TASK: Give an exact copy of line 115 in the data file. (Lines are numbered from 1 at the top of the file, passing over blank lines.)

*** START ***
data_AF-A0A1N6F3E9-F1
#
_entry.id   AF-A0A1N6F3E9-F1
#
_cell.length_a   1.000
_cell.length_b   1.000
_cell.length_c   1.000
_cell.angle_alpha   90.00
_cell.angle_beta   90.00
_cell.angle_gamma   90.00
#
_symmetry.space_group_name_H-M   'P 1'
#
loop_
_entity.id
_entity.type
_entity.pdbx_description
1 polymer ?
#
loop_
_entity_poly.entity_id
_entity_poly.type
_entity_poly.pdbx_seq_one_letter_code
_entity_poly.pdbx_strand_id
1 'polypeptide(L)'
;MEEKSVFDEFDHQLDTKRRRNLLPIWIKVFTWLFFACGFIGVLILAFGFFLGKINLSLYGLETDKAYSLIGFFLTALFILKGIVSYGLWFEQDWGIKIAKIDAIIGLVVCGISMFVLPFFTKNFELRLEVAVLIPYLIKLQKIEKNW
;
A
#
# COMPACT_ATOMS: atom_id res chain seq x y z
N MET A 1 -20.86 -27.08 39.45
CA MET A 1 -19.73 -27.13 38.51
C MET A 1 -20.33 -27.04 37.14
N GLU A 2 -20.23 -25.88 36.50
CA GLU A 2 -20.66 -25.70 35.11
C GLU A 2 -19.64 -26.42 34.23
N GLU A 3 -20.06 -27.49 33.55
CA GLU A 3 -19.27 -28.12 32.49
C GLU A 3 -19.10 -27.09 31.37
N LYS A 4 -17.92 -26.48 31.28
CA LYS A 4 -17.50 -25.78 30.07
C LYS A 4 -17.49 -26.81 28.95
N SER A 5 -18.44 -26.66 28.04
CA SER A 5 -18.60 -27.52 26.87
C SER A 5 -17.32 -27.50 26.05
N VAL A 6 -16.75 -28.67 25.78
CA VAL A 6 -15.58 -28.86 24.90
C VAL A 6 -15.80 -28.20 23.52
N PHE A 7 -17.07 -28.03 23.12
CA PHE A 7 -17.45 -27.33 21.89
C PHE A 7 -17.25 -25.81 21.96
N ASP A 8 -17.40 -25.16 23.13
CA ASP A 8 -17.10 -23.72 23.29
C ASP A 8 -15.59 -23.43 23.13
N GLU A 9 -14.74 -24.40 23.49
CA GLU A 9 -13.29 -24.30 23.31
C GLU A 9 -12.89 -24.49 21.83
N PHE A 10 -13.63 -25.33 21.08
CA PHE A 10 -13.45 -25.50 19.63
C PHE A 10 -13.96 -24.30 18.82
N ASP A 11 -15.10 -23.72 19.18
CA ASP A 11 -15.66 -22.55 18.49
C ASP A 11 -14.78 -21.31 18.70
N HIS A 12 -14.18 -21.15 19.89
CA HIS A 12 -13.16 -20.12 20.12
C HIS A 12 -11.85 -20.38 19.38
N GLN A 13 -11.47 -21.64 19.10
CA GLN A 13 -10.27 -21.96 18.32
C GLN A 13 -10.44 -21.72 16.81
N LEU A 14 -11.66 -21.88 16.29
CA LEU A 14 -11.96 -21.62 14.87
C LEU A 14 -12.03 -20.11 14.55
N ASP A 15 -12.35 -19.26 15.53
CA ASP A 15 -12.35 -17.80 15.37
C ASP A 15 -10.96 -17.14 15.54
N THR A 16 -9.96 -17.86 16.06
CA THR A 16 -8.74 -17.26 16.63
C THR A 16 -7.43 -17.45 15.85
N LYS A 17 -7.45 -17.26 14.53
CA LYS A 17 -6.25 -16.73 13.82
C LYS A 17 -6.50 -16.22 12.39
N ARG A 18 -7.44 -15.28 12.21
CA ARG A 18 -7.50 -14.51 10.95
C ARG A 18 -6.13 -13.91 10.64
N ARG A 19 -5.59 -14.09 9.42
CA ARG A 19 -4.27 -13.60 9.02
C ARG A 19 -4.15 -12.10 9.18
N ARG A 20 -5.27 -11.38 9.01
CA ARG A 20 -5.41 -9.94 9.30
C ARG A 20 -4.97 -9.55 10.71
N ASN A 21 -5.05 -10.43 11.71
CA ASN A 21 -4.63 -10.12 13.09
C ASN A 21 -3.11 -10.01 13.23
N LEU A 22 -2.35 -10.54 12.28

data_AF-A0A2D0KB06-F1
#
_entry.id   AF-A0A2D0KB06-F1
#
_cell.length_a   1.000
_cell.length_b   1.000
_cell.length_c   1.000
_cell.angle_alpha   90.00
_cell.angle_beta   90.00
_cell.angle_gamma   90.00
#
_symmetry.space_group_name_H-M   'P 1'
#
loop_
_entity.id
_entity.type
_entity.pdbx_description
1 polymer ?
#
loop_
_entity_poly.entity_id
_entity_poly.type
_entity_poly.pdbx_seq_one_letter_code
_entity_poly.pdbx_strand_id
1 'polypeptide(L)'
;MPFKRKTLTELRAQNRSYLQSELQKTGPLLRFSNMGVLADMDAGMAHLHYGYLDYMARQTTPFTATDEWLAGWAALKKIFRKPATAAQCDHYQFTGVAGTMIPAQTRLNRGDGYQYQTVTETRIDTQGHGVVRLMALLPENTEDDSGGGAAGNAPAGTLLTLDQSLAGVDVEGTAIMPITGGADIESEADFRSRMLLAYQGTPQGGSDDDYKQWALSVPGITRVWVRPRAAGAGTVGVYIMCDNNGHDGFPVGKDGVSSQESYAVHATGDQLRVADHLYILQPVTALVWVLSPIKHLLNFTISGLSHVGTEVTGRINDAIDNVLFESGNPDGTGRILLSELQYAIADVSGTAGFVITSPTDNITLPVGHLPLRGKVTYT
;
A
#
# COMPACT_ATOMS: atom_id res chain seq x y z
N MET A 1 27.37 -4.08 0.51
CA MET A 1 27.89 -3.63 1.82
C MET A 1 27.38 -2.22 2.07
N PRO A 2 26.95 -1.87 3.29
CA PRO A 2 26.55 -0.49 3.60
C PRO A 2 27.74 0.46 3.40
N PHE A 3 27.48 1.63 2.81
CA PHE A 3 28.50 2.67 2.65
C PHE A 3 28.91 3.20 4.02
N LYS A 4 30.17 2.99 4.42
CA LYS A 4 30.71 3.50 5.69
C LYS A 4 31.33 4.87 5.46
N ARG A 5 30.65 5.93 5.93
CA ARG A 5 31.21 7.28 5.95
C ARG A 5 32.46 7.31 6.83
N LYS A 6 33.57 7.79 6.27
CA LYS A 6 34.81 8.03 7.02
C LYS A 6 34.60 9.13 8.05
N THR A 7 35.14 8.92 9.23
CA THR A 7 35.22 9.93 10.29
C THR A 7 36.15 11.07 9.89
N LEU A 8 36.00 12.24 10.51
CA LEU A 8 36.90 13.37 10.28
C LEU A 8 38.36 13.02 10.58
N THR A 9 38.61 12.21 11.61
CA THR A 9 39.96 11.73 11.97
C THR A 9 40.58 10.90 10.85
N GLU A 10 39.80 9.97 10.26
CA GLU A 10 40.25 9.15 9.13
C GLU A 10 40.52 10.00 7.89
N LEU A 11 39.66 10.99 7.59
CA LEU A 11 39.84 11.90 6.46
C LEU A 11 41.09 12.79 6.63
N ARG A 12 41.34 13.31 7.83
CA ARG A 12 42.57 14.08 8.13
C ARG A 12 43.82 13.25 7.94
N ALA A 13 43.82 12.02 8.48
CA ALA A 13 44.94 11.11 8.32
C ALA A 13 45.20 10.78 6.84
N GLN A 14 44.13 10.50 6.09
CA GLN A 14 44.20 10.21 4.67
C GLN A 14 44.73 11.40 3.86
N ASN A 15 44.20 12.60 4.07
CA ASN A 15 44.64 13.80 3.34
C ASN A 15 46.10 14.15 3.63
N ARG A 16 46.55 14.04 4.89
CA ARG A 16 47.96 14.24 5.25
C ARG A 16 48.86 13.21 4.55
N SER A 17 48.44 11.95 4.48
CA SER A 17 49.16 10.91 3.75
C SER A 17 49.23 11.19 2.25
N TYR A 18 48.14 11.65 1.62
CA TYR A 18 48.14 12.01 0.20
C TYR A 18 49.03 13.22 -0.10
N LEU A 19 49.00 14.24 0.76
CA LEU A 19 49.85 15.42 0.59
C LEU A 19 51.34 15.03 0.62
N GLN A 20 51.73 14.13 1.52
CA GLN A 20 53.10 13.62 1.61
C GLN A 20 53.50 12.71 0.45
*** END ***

_entity_poly.entity_id